My Latin name, Silybum marianum, comes from the Greek word ‘sylibon’, meaning ‘tassel’, and the Latin word ‘marianum’, for the Virgin Mary.
Neighbouring countries have given me similar names, all of course in their own languages. In the Netherlands they call me ‘Mariadistel’, in France ‘Chardon-Marie’ or ‘Lait de Notre-Dame’, and in Germany ‘Mariendistel’.
Both my names, ‘Mary thistle’ and ‘milk thistle’, refer to my white-veined leaves.
Legend has it that while the Virgin Mary was nursing the baby Jesus, she spilt some drops of breastmilk. The drops fell onto my leaves, where milk-white streaks formed.
Long ago they also called me ‘Our Lady’s milkweed’ or ‘Our Lady’s breastweed’.
I’m called a thistle these days, rather than a weed, because I’m so prickly.
My beautiful purple flowers are well protected by large, sharp thorns. They’re not there for nothing: they stop me from being eaten by insects.
And they’ll probably tear your clothes as you brush past.
I have been used in folk medicine for hundreds of years.
The Greek physician Dioscorides made tea with my seeds to treat poisonous snakebite or a violent cough, and the Roman scholar Plinius the Elder wrote that I should not be cooked, but that I was an excellent medicine for carrying off bile.
The 17th-century British herbalist and pharmacist Nicholas Culpeper was also full of praise for me. According to him I could prevent blockage in the liver and spleen, and could even protect against and cure the deadly plague – no easy matter!
Still, as far as the liver is concerned Culpeper was on the right tracks. My seeds contain several remarkable substances, together known as ‘silymarine’, which do indeed have liver-protecting qualities and which stimulate the growth of new liver cells.
For instance, in modern medicine silymarine is used as a potentially lifesaving antidote to poisoning by mushrooms containing amatoxin, a potent group of toxins that cause liver failure and death.
Like chia seeds and goji berries, I have become a popular ‘superfood’. Lots of celebrities and diet guru’s stir me into their yoghurt every morning.
So what do they think is so wonderful about me? Well, I am said to have a detoxifying and purifying effect on the liver, so they think that a bit of milk thistle detox will bring that important organ back into tip-top condition in no time.
And they put me into all sorts of food supplements: milk thistle capsules, milk thistle tablets, milk thistle teas, milk thistle juice, and so on.
These are supposed to help with stomach ache, heartburn, bloating and nausea.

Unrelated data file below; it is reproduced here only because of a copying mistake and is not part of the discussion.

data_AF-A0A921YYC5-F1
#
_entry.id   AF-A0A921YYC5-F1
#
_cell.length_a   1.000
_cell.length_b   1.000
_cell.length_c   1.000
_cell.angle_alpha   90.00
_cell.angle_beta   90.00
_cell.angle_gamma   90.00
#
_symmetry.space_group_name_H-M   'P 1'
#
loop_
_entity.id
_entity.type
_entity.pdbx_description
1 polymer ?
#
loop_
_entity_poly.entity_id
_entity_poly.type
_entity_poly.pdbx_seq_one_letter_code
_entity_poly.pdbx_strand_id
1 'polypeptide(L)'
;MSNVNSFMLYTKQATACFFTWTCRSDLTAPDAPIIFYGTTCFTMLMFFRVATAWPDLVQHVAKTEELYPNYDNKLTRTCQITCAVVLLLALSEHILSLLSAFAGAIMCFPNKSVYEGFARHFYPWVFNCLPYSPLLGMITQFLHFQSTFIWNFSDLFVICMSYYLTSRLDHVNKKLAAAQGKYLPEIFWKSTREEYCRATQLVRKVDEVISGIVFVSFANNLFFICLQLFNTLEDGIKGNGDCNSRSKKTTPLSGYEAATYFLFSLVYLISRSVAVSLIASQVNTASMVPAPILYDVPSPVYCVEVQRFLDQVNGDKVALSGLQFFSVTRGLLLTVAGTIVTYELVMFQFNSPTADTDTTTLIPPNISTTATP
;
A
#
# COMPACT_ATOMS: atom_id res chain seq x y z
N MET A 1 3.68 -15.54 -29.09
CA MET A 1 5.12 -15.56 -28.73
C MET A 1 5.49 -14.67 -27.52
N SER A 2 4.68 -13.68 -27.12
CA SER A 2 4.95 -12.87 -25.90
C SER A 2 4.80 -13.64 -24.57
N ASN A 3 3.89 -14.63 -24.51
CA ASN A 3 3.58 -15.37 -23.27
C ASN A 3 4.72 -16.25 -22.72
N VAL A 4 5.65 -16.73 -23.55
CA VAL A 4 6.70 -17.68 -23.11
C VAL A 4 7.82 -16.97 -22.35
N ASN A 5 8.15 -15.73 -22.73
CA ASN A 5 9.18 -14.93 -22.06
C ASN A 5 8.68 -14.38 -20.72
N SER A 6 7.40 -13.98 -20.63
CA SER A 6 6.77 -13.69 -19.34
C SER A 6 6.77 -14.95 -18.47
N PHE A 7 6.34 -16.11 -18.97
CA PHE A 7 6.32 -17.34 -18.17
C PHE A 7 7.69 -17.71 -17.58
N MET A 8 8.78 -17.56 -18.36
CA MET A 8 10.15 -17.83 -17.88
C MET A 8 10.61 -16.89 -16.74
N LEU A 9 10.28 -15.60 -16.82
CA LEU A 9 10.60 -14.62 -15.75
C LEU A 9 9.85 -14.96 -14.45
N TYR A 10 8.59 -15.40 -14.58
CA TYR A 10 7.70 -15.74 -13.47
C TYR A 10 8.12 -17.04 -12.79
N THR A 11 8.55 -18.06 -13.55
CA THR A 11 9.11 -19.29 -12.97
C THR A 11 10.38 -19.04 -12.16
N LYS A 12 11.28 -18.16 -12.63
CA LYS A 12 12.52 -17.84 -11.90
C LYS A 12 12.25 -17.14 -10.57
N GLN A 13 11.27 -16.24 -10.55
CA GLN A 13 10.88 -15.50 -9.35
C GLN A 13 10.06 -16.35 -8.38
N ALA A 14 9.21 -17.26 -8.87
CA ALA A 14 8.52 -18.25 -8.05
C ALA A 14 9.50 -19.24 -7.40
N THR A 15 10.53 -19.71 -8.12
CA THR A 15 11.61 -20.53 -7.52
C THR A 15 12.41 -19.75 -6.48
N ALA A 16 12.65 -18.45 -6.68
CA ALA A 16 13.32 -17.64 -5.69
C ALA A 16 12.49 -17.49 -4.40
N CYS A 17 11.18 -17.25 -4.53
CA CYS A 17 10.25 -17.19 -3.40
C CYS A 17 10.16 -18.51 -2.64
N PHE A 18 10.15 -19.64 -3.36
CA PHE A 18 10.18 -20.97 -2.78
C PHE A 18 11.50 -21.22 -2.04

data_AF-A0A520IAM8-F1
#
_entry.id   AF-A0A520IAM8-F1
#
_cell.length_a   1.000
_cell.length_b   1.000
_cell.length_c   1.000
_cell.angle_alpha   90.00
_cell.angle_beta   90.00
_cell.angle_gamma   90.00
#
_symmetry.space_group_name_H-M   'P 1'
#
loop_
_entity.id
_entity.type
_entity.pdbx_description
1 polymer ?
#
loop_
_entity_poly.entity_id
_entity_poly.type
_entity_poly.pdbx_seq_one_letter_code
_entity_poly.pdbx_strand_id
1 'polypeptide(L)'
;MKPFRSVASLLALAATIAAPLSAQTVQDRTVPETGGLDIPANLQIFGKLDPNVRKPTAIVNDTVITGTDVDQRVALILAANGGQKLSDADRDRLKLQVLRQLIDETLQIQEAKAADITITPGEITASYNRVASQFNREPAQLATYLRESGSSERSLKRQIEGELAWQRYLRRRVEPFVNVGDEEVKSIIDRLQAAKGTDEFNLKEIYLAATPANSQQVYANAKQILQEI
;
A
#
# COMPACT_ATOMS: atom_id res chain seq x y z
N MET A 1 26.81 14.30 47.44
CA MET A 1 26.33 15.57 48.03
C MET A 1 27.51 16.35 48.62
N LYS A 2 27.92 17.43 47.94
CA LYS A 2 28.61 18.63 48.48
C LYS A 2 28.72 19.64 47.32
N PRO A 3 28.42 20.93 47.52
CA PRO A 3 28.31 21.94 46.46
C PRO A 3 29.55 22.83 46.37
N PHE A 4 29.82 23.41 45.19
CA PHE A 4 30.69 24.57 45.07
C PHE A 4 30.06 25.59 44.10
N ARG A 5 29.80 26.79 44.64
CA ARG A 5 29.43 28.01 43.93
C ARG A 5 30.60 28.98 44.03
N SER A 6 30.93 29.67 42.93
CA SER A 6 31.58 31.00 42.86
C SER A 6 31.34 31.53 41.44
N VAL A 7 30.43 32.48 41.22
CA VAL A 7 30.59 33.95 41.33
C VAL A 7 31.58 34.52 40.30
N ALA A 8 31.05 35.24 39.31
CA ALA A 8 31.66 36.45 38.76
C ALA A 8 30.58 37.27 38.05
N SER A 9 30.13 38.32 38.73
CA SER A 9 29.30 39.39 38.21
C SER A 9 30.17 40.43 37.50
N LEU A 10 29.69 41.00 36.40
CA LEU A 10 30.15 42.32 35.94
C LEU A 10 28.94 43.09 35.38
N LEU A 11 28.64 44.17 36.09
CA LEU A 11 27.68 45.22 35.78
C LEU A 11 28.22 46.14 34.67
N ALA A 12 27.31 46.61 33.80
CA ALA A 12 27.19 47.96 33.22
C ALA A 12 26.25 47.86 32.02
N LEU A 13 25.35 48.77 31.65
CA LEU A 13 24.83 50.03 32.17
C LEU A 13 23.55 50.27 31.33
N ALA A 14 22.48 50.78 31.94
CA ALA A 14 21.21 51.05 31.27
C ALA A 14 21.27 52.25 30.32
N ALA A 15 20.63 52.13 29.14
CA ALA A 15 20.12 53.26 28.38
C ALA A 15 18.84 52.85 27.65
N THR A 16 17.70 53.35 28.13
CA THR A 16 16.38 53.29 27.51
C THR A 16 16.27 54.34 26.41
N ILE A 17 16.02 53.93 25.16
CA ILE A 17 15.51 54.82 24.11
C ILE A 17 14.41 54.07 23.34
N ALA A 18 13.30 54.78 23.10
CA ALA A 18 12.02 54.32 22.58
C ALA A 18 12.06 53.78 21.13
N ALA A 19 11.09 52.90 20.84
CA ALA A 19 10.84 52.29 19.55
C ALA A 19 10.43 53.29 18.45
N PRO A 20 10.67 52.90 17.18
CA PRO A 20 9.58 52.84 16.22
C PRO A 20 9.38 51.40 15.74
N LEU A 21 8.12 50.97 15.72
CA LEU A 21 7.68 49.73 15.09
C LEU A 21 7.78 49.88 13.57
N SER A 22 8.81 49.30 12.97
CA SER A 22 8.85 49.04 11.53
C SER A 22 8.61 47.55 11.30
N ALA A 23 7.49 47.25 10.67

So do they work? Well, the liver is perfectly able to clean up waste products; after all, that’s what it’s there for. Detoxification is a natural process by which the liver processes the materials taken into the body and converts any dangerous or even poisonous substances into other substances that can be safely excreted through the bile ducts and intestine.
So a milk thistle diet is mostly just expensive: a little bit of thistle seed costs rather a lot. Not bad, is it, for a weed!
Next to the kilt, the bagpipes and whisky, there is nothing quite as Scottish as the thistle. I am the national flower of Scotland.
How that came about has to do with the period in which Scotland was still being ravaged by barbarian Vikings, about 1200 years ago.
Legend has it that enemy Northmen had planned to surprise the Scottish army with its pants down, by attacking at night. To make as little noise as possible, the bearded ruffians took off their shoes and went barefoot.
As they crept towards the Scottish warriors, one of them stepped right on a thistle, yelled out in pain, and immediately woke the Scots.
The Scottish troops engaged the Northmen, vanquished them, and adopted the purple thistle, which had saved the day, as their national symbol. Is the story true? Well, maybe. It’s a good story, anyway.
So now I appear on all sorts of Scottish emblems and coins, and since 1687 there’s even been an ‘Order of the Thistle’ – the highest order of chivalry in the land – with admission awarded to Scots who have made a particularly outstanding contribution to national life.
Whether the ‘Scottish thistle’ is actually a milk thistle, or some other relative, is still being argued by the experts; some suspect that it is either cotton thistle (Onopordum acanthium) or musk thistle (Carduus nutans), but others are certain that it is spear thistle (Cirsium vulgare).
A thorny issue.
Hi, my name is Milk thistle. Do you want to know where my name comes from?
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